The Australian Air League is for male and female cadets aged between 8 and 18 who are interested in anything to do with planes or flying.
Members can learn about the theory of flying; air craft construction; meterology as well as many general knowledge subjects.
Practical flying camps and events such as trial instructional flights give the cadets air experience in planes and gliders.
George Robey was an Australian soldier who distinguished himself as an original ANZAC. He won a Distinguished Conduct Medal on 25 April 1915 at the Gallipoli landing. Mr. Robey was still a soldier, in the Militia when in 1927 he went to Canberra to assist in the Ceremonial Opening of Parliament House.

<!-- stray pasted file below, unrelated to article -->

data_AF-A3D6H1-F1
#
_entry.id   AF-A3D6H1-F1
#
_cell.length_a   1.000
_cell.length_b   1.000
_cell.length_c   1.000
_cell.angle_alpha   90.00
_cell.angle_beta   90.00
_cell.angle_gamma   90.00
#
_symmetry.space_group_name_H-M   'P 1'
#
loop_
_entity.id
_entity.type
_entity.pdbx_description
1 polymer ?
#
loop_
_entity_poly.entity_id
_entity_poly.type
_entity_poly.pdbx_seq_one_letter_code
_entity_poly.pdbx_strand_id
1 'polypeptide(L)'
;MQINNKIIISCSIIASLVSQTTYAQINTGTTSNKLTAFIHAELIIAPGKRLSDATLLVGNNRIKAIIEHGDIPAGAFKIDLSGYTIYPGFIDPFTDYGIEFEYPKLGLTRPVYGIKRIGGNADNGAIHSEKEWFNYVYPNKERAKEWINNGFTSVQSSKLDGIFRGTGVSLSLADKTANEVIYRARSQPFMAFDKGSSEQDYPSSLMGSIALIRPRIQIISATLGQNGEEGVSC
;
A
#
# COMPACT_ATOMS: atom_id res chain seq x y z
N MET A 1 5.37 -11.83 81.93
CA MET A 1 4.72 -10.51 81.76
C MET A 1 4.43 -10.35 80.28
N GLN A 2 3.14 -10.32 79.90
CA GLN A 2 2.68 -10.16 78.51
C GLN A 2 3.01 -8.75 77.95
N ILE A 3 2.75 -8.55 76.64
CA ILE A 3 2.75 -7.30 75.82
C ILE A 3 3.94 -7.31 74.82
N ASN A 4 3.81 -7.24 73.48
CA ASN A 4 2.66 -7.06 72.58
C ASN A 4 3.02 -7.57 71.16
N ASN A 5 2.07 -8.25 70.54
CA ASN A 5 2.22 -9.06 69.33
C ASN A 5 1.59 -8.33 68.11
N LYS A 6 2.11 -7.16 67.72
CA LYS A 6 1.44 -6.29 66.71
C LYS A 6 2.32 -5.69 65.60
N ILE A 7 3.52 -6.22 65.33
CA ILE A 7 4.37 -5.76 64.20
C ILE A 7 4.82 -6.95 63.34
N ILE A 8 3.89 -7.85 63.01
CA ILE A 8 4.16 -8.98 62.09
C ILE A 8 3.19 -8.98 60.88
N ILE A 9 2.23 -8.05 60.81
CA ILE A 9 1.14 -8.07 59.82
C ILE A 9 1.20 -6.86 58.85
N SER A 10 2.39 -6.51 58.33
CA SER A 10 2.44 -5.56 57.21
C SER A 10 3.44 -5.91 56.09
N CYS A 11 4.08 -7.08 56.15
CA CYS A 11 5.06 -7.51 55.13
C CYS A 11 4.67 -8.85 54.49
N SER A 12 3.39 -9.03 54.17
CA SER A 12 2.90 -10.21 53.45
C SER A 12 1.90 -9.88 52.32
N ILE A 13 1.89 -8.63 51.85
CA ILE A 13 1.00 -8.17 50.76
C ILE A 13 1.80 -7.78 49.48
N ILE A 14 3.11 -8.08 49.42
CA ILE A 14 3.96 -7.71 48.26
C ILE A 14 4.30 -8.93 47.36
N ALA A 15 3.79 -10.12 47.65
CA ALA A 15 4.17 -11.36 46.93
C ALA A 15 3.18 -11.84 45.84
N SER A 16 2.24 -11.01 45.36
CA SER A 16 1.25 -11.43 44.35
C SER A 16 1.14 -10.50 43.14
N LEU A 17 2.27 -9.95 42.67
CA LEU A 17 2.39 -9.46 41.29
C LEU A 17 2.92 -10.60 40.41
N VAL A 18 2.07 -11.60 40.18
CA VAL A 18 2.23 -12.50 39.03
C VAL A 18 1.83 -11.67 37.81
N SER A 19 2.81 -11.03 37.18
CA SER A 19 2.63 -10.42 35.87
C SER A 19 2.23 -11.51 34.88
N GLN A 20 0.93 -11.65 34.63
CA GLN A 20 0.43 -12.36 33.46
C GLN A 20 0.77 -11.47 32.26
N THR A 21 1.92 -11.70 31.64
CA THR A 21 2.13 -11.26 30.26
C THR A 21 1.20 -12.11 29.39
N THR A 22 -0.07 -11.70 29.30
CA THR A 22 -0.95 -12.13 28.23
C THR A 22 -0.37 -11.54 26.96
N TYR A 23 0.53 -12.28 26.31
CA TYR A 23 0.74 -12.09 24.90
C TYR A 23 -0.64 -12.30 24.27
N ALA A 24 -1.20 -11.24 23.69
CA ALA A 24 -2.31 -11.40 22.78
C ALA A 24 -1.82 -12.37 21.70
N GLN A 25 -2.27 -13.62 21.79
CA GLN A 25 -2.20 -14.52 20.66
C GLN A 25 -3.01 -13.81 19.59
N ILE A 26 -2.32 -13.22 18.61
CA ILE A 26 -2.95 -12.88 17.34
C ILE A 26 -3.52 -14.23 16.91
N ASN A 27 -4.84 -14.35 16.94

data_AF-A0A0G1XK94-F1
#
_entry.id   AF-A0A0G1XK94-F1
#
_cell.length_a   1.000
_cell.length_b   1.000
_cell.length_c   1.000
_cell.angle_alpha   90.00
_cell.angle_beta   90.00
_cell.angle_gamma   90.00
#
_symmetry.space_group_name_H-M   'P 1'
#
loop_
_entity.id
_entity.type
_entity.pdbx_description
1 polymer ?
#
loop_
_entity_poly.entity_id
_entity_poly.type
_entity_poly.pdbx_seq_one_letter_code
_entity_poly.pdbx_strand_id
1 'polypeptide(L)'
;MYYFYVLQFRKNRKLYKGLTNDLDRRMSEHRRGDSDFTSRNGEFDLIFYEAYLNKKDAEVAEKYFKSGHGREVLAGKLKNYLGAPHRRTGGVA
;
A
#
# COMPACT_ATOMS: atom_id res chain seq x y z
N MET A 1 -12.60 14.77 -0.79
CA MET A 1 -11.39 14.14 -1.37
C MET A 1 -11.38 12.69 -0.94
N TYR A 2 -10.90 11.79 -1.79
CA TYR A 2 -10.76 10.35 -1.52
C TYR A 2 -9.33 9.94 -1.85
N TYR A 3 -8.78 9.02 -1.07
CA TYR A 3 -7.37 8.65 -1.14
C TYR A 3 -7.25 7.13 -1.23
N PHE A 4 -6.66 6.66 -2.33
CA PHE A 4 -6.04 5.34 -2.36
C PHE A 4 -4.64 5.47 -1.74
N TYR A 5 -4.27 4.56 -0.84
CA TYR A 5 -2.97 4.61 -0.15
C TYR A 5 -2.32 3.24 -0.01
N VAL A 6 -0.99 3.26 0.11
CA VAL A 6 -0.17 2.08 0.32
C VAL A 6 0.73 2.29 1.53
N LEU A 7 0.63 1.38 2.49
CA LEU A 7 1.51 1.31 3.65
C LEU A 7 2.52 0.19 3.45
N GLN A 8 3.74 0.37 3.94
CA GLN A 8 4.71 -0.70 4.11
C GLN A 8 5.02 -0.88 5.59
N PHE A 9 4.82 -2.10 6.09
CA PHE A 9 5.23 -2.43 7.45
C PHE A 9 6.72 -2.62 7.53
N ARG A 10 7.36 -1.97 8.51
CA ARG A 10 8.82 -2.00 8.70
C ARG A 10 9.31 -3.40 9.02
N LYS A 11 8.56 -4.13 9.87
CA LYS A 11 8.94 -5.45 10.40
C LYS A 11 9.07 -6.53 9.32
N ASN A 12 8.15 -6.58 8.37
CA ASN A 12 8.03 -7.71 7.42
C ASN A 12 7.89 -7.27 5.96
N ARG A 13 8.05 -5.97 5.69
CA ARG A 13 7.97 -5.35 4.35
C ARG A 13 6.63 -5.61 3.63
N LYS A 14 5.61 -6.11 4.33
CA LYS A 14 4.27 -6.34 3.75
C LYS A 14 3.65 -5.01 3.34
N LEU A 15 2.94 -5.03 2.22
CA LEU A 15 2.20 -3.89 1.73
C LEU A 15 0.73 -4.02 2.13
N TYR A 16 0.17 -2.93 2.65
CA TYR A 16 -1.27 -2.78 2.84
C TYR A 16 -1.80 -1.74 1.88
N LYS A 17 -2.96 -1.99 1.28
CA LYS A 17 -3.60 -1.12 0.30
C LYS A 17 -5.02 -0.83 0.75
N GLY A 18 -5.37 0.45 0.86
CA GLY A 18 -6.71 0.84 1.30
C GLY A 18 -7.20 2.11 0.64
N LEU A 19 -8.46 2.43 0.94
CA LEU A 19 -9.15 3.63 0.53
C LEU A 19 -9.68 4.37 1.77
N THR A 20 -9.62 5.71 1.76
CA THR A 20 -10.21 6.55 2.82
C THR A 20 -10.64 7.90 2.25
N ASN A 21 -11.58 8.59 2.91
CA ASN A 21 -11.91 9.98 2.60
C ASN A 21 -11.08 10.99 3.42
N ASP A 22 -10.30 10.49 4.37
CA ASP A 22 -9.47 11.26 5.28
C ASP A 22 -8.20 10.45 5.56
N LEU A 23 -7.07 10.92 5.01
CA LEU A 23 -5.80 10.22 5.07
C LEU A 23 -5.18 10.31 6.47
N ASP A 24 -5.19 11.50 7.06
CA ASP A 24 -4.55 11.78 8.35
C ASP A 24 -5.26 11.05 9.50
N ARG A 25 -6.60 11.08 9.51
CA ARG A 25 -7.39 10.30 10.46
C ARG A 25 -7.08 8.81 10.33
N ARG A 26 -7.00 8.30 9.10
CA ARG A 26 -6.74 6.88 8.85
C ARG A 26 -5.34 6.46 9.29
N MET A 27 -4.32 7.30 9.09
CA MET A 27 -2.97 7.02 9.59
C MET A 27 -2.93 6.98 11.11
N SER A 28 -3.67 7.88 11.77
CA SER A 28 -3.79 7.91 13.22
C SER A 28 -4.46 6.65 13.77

He brought back a toy wooden aeroplane for his son Keith that sparked an interest in aviation and inspired his son to learn about aviation. That inspiration has lasted until the present day.
Keith Robey through his career has been a senior executive of one of Australia's largest general aviation companies. Keith was also a well respected aviation feature writer for "Aircraft" magazine, specialising in flight testing of aircraft.
The gift of the toy wooden aeroplane also sparked off the "Australian Air League" when five years later Keith complained of the lack of a youth organisation specialising in aviation. His father George Robey and other concerned adults formed the "Air Mindedness Development League" and on 18 July 1934 Keith was enrolled as the first Cadet member. Not long after that the name was changed to the "Australian Air League".